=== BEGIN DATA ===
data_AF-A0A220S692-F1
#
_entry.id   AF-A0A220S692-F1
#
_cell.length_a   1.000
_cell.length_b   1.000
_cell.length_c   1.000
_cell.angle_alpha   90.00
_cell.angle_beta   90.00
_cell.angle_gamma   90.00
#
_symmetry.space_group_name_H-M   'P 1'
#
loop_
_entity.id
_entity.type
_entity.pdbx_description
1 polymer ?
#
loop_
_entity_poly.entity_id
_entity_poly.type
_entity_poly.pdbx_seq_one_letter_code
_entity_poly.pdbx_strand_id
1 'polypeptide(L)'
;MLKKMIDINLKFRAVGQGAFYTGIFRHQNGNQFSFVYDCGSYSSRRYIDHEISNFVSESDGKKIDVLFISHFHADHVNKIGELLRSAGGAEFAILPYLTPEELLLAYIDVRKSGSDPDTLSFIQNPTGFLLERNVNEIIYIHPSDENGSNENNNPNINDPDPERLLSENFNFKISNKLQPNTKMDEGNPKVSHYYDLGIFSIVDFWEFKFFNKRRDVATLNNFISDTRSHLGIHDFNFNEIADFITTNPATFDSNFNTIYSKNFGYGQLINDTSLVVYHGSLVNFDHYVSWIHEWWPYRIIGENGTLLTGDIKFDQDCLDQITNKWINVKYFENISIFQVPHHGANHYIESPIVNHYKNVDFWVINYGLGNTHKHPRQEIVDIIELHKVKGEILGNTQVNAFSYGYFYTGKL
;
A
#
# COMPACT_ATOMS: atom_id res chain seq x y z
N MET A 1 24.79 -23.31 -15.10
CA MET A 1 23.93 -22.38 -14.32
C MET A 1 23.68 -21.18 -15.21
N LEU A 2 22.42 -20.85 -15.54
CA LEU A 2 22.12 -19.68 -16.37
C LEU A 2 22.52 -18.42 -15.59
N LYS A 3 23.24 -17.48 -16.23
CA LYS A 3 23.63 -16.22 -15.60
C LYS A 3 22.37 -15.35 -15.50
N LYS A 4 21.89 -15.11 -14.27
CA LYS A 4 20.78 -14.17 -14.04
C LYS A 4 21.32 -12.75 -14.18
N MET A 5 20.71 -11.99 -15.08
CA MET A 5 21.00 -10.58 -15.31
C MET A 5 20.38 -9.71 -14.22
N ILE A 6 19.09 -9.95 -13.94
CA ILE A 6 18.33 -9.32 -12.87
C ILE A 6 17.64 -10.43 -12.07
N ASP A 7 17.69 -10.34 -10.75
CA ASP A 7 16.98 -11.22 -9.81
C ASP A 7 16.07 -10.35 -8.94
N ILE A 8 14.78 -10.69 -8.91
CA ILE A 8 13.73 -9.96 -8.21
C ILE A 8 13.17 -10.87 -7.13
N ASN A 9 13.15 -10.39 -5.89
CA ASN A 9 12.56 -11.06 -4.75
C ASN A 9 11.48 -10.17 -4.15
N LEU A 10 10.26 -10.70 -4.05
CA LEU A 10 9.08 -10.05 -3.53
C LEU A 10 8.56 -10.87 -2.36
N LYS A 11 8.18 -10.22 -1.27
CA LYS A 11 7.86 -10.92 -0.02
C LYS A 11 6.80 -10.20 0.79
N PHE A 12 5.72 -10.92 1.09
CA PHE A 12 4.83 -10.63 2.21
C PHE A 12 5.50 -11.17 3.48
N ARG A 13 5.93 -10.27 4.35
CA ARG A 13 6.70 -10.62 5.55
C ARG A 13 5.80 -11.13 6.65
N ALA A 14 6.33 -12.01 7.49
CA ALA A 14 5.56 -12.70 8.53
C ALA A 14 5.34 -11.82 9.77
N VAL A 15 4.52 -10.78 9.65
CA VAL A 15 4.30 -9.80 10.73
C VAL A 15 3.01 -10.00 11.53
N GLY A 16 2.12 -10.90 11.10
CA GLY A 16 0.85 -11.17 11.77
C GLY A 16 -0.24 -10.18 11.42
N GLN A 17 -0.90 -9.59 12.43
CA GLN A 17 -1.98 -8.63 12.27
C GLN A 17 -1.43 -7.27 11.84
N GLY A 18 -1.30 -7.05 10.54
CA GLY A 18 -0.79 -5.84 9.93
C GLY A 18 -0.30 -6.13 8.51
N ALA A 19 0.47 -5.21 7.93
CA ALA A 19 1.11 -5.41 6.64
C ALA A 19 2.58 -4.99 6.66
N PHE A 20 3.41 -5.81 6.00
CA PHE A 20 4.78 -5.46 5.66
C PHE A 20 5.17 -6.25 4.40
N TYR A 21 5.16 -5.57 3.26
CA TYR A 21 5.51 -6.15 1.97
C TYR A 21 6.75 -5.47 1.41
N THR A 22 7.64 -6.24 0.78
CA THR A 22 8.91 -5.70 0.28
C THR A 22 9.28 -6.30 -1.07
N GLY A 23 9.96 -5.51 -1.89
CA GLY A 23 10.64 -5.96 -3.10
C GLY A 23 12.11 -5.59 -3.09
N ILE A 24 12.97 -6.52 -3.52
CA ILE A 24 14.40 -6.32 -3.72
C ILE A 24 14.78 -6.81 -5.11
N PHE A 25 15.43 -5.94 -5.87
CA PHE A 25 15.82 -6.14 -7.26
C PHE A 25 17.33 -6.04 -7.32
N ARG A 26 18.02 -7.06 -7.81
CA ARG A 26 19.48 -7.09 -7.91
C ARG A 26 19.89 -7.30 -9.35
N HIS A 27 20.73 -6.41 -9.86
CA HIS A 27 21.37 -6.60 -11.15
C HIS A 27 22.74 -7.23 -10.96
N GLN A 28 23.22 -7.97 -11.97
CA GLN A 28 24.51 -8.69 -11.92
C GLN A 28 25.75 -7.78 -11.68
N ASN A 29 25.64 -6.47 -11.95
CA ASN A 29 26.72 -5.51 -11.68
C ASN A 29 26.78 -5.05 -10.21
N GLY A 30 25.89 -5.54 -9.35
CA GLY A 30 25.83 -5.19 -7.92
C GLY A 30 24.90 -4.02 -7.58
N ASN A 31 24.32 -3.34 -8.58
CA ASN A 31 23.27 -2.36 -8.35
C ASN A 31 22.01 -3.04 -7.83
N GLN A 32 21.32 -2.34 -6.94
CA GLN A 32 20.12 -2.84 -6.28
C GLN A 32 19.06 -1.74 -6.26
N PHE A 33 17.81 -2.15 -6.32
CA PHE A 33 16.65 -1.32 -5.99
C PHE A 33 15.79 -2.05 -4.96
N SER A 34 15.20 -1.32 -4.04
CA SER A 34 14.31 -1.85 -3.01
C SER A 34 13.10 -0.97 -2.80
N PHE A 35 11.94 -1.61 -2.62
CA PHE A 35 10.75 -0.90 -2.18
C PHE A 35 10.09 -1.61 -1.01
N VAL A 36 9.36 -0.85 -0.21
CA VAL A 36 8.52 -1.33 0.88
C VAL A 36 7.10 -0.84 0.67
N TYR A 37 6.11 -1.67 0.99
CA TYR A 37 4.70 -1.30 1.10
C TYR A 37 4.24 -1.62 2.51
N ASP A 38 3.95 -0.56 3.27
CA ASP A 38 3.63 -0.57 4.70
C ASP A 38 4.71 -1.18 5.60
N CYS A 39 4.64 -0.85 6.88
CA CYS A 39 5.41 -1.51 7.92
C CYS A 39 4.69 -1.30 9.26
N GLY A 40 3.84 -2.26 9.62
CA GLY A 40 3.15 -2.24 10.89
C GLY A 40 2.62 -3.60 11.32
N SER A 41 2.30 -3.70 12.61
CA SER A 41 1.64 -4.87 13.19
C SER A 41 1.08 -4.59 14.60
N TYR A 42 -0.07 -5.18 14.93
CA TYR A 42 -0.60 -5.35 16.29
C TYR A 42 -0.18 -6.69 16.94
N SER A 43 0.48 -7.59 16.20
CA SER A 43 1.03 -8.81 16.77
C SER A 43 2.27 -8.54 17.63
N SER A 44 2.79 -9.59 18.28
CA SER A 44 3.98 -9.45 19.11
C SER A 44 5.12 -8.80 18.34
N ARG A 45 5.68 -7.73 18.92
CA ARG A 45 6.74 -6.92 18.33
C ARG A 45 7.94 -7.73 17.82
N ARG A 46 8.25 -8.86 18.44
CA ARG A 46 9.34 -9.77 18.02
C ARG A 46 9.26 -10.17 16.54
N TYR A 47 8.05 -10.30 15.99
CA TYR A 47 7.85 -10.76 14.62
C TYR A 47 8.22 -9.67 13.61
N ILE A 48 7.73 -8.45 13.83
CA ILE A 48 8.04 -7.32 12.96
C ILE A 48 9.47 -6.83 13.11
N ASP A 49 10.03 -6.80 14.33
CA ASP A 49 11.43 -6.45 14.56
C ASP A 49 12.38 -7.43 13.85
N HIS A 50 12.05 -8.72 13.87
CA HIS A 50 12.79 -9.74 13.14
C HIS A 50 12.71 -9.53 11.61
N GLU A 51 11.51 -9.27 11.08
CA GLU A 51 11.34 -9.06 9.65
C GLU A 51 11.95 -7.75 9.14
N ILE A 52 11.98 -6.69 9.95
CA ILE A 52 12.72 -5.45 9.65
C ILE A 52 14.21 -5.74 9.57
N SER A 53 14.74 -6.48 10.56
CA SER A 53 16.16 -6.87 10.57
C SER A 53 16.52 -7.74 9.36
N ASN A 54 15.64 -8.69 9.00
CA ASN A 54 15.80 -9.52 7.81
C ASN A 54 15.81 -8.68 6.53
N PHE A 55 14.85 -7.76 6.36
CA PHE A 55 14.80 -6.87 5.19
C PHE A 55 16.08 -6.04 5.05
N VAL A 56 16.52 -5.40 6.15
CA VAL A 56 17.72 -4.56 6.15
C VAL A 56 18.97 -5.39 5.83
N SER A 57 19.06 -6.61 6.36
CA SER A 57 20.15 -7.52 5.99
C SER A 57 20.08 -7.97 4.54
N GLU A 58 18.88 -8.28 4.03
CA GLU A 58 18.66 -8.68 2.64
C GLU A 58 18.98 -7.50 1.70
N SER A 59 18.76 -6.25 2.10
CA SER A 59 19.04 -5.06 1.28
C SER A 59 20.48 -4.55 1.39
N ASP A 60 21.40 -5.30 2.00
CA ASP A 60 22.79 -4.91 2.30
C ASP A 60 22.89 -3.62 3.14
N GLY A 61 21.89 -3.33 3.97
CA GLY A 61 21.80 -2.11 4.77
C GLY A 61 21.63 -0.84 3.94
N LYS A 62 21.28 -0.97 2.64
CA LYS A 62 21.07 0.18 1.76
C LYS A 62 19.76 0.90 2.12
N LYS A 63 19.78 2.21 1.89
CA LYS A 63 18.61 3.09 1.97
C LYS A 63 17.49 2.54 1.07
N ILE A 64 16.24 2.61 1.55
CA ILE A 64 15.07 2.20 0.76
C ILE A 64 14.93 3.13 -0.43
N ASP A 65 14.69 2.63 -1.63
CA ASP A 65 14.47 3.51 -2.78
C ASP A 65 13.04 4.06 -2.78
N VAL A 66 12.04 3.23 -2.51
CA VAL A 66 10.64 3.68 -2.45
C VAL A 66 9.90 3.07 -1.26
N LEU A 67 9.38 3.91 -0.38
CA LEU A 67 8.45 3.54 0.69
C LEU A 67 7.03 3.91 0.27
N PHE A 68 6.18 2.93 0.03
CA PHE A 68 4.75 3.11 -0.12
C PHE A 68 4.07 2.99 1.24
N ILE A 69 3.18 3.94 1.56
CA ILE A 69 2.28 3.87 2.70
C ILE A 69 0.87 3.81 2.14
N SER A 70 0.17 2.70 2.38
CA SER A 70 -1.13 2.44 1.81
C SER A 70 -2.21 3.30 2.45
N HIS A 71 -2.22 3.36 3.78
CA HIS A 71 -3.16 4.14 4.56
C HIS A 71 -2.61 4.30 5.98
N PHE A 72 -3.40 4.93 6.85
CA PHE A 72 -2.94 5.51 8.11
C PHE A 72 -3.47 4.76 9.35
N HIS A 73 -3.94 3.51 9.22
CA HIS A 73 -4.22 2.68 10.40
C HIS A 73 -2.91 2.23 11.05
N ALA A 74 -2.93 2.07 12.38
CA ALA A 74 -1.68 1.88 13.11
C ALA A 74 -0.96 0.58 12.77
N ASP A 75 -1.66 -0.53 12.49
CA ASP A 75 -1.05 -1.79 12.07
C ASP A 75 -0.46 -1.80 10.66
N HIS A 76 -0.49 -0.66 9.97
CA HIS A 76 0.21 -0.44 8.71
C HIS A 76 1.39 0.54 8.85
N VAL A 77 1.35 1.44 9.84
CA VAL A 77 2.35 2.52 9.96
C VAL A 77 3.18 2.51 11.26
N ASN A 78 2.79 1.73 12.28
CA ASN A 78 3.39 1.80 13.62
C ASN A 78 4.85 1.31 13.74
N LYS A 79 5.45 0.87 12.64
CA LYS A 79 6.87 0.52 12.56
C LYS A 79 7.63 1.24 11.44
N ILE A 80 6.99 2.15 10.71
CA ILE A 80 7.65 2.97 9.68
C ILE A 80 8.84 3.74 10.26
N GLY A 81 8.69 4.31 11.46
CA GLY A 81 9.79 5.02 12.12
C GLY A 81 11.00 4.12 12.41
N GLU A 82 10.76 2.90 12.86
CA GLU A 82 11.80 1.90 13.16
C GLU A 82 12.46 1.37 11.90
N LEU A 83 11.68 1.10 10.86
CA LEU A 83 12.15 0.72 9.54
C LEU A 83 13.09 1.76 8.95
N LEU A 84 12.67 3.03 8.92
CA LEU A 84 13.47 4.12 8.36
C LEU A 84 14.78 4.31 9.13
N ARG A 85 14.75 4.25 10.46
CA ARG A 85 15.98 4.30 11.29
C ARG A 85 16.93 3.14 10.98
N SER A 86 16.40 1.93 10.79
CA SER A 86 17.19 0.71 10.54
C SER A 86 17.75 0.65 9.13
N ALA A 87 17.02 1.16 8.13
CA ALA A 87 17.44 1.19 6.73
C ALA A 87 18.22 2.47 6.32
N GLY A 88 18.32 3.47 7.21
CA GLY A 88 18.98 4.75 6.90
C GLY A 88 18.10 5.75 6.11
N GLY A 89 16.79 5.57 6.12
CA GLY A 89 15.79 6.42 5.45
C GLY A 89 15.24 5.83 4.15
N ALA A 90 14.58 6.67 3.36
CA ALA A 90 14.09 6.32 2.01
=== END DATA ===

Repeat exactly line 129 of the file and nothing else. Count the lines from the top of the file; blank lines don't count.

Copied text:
C PHE A 33 15.79 -2.05 -4.96